Chain restaurants. Whether you love them or hate them, they’re everywhere and they are busy. Drive by any Olive Garden, Red Lobster, Chilli’s or Earl’s (in Canada) on a Friday night and they’re guaranteed to be packed, often with wait times anywhere from 20 minutes to over an hour.
Why Chain Restaurants Suck!
There are a metric tonne of reasons to dislike chain restaurants. We’ve already mentioned the wait times, but the kicker is that most won’t take reservations since it would cost them way too much money in lost profits.
Chains tend to pay lower wages to their staff. And because prices are sometimes lower, bills are lower and as a result, tips are lower. That means they attract younger, more inexperienced cooks and servers naturally resulting in lower quality service.
Here’s one of the biggest reasons for me: They don’t really cook their own food. That’s right. The only thing the Olive cooks is the pasta. Everything else is reconstituted or heated from frozen. Same with Red Lobster and nearly any other chain restaurant. Most of the food they serve is pre-mixed, pre-cooked, filled with preservatives and mass ordered from major food distributors. Quality suffers as a result. I’d way rather spend an extra couple of dollars to eat at The District (one of our favorite local restaurant/pubs) where they order local, fresh and organic ingredients and make their own beer and ketchup and cure their own bacon than any Boston Pizza.
A lot of chain restaurant food is very unhealthy. For example, the Outback Steakhouse’s New Zealand Lamb, with garlic mashed potatoes and vegetables has 1820 calories, 80 g of saturated fat and 2600 mg of sodium. How about the Cheesecake Factory’s pasta carbonara? It’s just pasta with peas, bacon and chicken? How bad could that be? Yeah, that’s 2500 calories and 85 g of saturated fat. If you choose the Chocolate Tower Truffle Cake (1670 calories and 48 g of saturated fat) and eat the free bread, you’ll be pushing 4000 calories in one meal.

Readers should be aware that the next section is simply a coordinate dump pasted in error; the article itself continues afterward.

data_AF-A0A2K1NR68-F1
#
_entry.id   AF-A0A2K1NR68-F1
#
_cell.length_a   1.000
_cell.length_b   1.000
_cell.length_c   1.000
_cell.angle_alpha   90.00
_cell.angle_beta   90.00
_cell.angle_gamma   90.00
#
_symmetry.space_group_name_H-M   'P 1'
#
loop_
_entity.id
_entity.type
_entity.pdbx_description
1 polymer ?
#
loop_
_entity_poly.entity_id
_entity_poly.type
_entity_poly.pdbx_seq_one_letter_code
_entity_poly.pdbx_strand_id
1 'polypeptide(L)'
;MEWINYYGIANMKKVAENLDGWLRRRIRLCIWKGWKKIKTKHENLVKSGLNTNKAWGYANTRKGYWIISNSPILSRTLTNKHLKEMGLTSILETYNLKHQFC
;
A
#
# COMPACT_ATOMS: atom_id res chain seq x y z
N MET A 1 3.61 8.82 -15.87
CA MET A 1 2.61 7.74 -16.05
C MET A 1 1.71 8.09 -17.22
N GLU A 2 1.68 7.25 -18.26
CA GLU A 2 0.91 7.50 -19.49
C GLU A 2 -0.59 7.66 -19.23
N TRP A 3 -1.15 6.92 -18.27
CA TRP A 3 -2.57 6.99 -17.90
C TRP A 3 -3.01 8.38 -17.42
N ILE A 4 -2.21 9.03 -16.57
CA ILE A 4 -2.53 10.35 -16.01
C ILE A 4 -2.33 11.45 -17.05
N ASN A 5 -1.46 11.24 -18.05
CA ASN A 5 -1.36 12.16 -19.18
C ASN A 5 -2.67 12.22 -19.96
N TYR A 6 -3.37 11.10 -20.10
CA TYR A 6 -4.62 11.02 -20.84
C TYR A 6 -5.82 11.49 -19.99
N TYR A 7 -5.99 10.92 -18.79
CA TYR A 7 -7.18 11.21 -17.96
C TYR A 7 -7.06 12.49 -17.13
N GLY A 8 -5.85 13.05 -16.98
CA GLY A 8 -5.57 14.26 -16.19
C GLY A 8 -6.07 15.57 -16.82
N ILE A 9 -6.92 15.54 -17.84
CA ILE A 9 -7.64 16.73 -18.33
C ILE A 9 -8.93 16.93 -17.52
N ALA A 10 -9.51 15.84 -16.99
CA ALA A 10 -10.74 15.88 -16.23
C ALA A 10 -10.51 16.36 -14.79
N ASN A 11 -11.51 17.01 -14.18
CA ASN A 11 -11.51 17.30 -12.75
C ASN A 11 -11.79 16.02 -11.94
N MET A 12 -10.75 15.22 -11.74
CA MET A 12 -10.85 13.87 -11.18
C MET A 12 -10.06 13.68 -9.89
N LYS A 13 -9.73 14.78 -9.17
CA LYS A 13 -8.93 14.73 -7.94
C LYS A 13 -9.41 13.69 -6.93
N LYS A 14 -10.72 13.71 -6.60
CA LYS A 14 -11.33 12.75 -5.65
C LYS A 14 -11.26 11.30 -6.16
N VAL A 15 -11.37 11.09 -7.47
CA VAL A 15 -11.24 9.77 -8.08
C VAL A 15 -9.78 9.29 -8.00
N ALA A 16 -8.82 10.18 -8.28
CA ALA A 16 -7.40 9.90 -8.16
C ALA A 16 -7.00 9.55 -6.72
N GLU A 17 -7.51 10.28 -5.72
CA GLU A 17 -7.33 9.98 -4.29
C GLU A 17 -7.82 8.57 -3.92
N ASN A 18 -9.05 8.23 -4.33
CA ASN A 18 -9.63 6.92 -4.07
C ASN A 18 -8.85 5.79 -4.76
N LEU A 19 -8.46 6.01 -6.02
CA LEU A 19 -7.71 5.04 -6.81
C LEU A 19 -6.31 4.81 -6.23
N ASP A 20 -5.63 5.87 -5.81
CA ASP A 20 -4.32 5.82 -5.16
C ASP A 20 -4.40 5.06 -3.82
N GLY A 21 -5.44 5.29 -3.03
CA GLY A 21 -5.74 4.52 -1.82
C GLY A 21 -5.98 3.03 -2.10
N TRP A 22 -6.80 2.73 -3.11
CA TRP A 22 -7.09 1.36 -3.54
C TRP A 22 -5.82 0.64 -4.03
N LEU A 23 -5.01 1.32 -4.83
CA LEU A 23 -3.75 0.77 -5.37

At this point, I’d like to note that the Canadian government recommends 2350 – 2900 calories per day for men and 1800 to 2250 for women, depending on age and activity level. They also recommend that adults need 1500 mg of sodium per day and should not exceed 2300 mg per day.
Ok, sure, I cherry picked a couple of terrible meals from the CSPI’s 2010 Xtreme Eating “Awards”, and not all non-chain restaurant meals are ‘healthy’ anyway. But it’s clear that most chain restaurant food is still not very healthy for you.
I recall eating with Kristen at a Mexican restaurant in Arizona where they brought my entrée on one full-size plate covered in so much cheese, I couldn’t even tell what I was about to eat. Then they brought another full-size plate for my side dishes. No wonder North America is overweight.
If you’re a regular BBD reader, you’ll notice that we’ve talked about supporting local business in the past. The fact is that a lot of these chain restaurants can’t be considered local. Most are corporate owned so you’re not even supporting a local franchisee in many cases.
Why They’re Successful